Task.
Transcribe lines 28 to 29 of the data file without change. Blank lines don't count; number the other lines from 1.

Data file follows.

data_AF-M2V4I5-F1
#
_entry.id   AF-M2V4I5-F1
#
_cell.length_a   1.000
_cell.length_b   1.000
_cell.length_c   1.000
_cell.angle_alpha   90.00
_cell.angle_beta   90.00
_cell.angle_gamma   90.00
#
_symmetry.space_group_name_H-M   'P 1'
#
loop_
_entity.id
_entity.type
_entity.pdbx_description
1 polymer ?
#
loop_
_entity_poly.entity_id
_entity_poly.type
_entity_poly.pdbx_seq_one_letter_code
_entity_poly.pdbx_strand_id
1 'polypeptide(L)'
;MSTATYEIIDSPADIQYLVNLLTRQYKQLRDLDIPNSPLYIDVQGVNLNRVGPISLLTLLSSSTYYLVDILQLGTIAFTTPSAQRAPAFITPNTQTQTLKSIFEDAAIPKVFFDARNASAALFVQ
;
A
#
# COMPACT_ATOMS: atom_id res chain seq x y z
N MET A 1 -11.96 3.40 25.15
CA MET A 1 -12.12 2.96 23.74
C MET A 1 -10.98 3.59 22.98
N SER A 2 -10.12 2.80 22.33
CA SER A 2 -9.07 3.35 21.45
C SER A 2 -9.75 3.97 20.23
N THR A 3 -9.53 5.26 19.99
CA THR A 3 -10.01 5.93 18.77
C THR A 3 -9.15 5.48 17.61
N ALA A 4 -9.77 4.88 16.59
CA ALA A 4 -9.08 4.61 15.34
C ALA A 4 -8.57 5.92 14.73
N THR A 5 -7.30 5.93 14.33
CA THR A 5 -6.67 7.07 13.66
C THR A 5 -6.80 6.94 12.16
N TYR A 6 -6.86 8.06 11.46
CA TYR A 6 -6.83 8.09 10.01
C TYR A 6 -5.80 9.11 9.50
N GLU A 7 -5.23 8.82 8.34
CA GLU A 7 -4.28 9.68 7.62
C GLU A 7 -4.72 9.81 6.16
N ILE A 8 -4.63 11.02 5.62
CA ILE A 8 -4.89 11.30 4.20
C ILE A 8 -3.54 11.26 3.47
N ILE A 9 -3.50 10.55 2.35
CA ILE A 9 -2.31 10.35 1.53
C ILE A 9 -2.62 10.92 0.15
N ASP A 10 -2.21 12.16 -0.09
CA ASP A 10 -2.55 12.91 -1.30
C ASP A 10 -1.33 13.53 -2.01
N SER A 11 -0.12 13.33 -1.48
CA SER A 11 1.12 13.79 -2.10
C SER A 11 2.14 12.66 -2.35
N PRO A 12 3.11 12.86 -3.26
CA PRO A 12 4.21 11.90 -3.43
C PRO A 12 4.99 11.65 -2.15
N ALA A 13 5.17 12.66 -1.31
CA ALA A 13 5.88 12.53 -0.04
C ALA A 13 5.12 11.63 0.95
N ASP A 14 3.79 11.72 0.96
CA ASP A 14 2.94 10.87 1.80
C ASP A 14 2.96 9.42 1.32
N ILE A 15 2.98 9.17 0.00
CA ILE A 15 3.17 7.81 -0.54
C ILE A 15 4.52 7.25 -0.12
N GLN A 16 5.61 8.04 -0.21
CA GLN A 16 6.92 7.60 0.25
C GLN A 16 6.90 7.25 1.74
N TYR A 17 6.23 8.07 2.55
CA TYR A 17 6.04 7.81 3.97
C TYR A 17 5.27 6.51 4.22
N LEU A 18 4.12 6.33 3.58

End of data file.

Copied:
A
#